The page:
Also do you have an idea how long does the emulsion last? I know that they reckon a shelf life of a couple of months, but have you used it past that time?

We have a specially made glass dipping jar that fits the slide perfectly and allow us not to waste too much emulsion.

Cheers

R

Offline funk.106

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Re: Autoradiography on tissue sections
« Reply #10 on: November 23, 2010, 09:02:07 AM »
These are very good tips. Thank you!

Offline Cardio

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Re: Autoradiography on tissue sections
« Reply #11 on: November 23, 2010, 04:12:30 PM »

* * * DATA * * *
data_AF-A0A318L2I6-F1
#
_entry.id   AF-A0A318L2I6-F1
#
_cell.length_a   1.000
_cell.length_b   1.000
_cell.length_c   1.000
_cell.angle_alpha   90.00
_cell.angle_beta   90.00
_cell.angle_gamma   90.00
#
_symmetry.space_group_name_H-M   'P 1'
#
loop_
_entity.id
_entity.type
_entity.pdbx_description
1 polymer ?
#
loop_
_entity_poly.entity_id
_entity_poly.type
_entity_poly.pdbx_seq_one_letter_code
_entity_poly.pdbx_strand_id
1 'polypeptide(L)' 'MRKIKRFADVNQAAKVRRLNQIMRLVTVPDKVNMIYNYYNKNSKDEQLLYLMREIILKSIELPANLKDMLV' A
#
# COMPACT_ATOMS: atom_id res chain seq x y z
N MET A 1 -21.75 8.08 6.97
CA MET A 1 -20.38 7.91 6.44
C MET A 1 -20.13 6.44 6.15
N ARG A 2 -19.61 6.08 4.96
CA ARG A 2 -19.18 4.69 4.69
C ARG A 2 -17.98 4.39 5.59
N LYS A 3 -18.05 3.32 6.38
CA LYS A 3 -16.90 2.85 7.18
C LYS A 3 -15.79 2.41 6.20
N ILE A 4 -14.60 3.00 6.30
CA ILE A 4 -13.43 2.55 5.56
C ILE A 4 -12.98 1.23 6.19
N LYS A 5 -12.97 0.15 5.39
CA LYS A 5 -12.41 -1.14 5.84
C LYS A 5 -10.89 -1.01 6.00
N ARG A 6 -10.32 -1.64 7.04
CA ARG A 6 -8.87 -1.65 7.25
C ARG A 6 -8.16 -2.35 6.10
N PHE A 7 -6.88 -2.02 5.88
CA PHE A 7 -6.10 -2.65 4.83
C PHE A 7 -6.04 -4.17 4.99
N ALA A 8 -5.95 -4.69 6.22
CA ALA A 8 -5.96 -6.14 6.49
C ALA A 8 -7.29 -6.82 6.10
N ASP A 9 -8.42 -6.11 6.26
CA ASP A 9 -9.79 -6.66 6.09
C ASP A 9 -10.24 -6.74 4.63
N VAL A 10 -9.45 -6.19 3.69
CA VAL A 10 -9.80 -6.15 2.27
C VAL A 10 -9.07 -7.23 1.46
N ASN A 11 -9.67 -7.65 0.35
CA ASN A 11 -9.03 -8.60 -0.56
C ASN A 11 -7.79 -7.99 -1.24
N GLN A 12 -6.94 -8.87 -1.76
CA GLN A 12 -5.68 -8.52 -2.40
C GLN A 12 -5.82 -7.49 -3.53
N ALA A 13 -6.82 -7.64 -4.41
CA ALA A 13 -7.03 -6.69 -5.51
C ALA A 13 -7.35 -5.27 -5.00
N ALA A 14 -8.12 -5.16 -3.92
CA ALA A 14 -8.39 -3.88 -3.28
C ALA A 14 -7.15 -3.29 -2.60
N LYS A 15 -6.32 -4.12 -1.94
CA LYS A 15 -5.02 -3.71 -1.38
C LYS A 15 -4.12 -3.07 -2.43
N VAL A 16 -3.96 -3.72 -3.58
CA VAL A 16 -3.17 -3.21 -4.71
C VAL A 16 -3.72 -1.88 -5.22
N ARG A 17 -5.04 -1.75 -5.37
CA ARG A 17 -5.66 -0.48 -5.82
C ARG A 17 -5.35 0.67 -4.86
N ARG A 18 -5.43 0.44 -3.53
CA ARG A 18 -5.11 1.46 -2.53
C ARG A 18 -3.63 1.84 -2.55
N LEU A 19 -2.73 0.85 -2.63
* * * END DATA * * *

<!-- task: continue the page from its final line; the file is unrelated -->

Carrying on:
Cardio

Really nice tips I wish I have had them 5 years ago :)

Do you reuse the emulsion? I have always used fresh emulsion because I thought reusing would increase the background greatly (and that would impact me because I have to count grains).

Also do you have an idea how long does the emulsion last? I know that they reckon a shelf life of a couple of months, but have you used it past that time?

We have a specially made glass dipping jar that fits the slide perfectly and allow us not to waste too much emulsion.

Cheers

R


I resuse the emulsion about 10-15 times or when the background level becomes too high for my liking. The background is still really low at 5 times though.

As for the half life of emulsion it may very well depend on where you get it from. I believe there is only one supplier for fine grade emulsion in the U.S. and I know that emulsion will last at least 6 months to a year.

IF you ever break those jars just use a plastic 50 ml falcon tube and store your emulsion in that by wrapping tin foil around it.

Offline funk.106